It’s easy to dismiss “incels”. Your insistence on lurking in some godforsaken corner of the internet, muttering about the horrors of feminism, left-wing politics, and those horrible, haughty women who refuse to be submissive wifes and baby machines is not a good way to make friends Find.
o Why did Andrew Tate have millions of followers before he was banned from Facebook, Instagram and TikTok?
The simple answer is that Tate is not an incel. After all, he had a girlfriend and is a successful athlete. Scratch the surface, however, and the typical incel traits of a deep-seated disdain for women and far-right sympathy are clearly evident. The only real difference seems to be an understanding of algorithms and an inflated ego.
Algorithms seem complicated, but how they work is simple. The more people share a post, the more popular it seems to be and the more the algorithm recommends it to everyone. Great if you want your little dance to go viral on TikTok, less impressive if you’re posting misogynistic extremist rants with the intention of radicalizing young men.
As we saw in the Amber Heard/Johnny Depp trial, TikTok and Instagram have a huge misogyny problem. For over a month, hilarious dances and “comedy skits” drove the algorithm to fuel hundreds of people who made fun of someone who claimed to be a victim of domestic violence and joked about their alleged rape using far-right hashtags.
Tate’s company Hustlers University (HU) went one step further. Marketed as a way for Tate wannabes to become just like him, HU was essentially an algorithm-manipulating pyramid scheme. As with other MLMs, his followers paid for the privilege of selling Tate’s products. Even.
To make money, they had to repost clips of his videos using certain hashtags on as many sites as possible. When they earned a bonus, Tate gained traction. To date, he has garnered 12.7 billion TikTok views. Since his ban, the “university” has gone out of business, but there are hundreds of other, similar accounts ready to take his place.
“Trad Wives” form the female side of the equation; Women in their late teens and early twenties who have embraced the traditional housewife lifestyle, exemplified by expertly filtered images of their babies and baking skills, have been all over social media for years.
Simply summarize your choices as yet another lifestyle choice, peel away those expertly applied layers of primer and it’s clear that for many it’s less Home & Hearth and more kids, church, kitchen. They promote their content with #NotAllMen and #MAGA hashtags while claiming to hate the blue-haired pro-choice feminists they were “before they came of age” (a full 18 months earlier in some cases), and they are acceptable face of them is a dream that white nationalists have been trying to sell for decades.
Based on the idea that whites will be a minority by 2066, from an article by Prof David Coleman of the Tufton Street think tank Immigration Watch and the Eugenics Society, the traditional lifestyle is seen as the best way to get around the western world to repopulate white families and undo the “damage” done by these evil feminists who are clearly responsible for everything from the fragile male ego to immigration.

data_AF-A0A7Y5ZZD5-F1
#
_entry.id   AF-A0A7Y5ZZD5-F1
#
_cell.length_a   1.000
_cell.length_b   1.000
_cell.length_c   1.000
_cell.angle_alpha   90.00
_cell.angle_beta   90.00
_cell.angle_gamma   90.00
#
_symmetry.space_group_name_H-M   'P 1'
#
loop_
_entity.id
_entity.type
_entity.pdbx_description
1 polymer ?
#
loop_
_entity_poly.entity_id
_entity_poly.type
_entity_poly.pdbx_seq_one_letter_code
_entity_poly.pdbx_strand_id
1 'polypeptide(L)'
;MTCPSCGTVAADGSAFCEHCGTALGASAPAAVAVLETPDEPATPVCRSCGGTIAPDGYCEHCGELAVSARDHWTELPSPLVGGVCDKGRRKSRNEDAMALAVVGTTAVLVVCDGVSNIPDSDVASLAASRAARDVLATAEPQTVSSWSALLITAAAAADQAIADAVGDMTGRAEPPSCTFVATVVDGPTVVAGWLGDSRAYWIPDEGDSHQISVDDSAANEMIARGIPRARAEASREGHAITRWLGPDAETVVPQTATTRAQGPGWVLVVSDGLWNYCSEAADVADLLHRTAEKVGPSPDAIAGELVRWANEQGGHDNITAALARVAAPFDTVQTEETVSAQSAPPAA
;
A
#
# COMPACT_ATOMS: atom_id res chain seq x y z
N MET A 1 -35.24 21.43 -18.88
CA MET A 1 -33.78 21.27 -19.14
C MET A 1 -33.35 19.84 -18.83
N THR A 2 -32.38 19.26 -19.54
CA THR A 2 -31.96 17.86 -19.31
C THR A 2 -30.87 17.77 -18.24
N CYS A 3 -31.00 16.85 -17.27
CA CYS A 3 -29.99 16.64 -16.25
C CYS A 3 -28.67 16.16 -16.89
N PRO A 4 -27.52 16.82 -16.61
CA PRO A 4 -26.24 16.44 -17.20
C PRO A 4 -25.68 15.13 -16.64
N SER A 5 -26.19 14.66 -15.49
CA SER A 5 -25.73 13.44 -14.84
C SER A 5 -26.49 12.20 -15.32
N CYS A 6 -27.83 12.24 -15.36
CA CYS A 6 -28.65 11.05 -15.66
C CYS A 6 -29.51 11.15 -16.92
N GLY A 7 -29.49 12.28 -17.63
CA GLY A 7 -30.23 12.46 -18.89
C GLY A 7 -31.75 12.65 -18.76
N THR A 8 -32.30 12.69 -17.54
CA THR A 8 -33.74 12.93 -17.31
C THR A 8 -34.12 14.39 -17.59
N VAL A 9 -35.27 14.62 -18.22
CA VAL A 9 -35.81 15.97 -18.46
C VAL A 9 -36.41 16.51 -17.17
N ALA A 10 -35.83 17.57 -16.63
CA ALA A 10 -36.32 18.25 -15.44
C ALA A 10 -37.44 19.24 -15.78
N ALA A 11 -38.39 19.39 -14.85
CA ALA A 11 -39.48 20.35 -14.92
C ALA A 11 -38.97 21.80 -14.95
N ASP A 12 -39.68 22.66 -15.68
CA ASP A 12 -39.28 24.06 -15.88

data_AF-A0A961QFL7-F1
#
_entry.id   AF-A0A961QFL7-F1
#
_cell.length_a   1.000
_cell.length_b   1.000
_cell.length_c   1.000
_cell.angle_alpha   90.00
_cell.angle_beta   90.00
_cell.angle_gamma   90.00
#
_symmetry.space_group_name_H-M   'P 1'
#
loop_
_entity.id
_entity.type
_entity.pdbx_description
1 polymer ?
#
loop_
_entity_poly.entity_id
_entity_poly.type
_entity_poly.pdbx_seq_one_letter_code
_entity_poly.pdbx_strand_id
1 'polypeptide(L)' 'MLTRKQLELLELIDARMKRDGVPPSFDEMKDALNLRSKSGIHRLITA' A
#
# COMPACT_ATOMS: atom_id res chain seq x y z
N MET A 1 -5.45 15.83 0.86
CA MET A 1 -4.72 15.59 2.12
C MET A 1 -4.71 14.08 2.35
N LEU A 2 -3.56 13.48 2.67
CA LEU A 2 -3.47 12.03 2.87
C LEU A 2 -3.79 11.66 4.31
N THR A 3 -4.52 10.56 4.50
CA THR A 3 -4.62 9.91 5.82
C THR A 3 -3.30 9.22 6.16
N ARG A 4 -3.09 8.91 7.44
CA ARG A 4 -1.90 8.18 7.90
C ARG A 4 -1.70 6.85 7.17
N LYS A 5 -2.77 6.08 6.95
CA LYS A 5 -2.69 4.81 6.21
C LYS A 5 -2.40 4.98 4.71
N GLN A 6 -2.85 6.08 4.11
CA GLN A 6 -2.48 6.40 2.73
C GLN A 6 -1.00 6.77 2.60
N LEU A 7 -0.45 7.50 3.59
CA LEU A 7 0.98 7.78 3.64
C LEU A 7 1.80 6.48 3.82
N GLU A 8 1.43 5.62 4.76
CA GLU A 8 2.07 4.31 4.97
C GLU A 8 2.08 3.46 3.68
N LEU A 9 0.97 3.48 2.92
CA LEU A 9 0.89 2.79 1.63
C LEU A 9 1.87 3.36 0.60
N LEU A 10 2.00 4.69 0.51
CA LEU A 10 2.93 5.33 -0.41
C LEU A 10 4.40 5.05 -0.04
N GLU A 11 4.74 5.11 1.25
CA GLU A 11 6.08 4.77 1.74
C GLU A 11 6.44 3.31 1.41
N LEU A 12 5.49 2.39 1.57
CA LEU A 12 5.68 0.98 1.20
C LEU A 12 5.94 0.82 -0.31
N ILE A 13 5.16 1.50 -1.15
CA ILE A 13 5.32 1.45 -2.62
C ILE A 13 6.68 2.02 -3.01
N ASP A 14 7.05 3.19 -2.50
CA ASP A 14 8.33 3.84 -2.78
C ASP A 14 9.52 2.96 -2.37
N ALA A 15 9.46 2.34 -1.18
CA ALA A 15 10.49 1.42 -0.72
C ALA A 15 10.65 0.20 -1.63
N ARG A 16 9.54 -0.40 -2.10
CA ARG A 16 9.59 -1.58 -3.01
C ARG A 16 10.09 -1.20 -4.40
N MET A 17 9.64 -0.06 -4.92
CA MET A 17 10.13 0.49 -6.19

Tiny housewives, incels in disguise and alt-right edgelords may not look like a serious threat, but as both the US and UK continue to pivot to the right, their messages are far more ambitious than those of the “Muslim ray gun” far-right activists mutter the past. With bright smiles and polished pecs, they are the perfect poster child for those working to push back women’s and minority rights and convince us that it’s for adults.
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For the far-right, who want to radicalize a new generation, it has become the central motif of their campaign and social media their preferred platform. Whether you post for or against Andrew Tate, you share his content and millions of young people see it. If you condemn far-right content, also share it with people who may not have been exposed to those ideas.
To fix this, we must go against our nature. Our continued presence on social media is based on voicing our views at every opportunity. The algorithms can’t distinguish between good and bad content, just as they can’t tell if you’re reposting with approval or with the burning hatred of a hundred suns. Every time you merge, share, and repost to highlight fascism, you raise their profile along with your own.
Of course, we cannot just sit back and ignore such content; As Hope Not Hate pointed out in their report last week, Tate’s far-right connections run deeper than a few jittery comments on TikTok. What we need to do is get smarter about reporting and highlighting far-right content without enhancing it. And platforms must take responsibility for the content they promote and put user well-being ahead of profit.
https://www.independent.ie/life/andrew-tates-social-media-showed-how-the-far-right-plan-to-draw-in-a-new-generation-41930816.html Andrew Tate’s social media showed how the far right plans to attract a new generation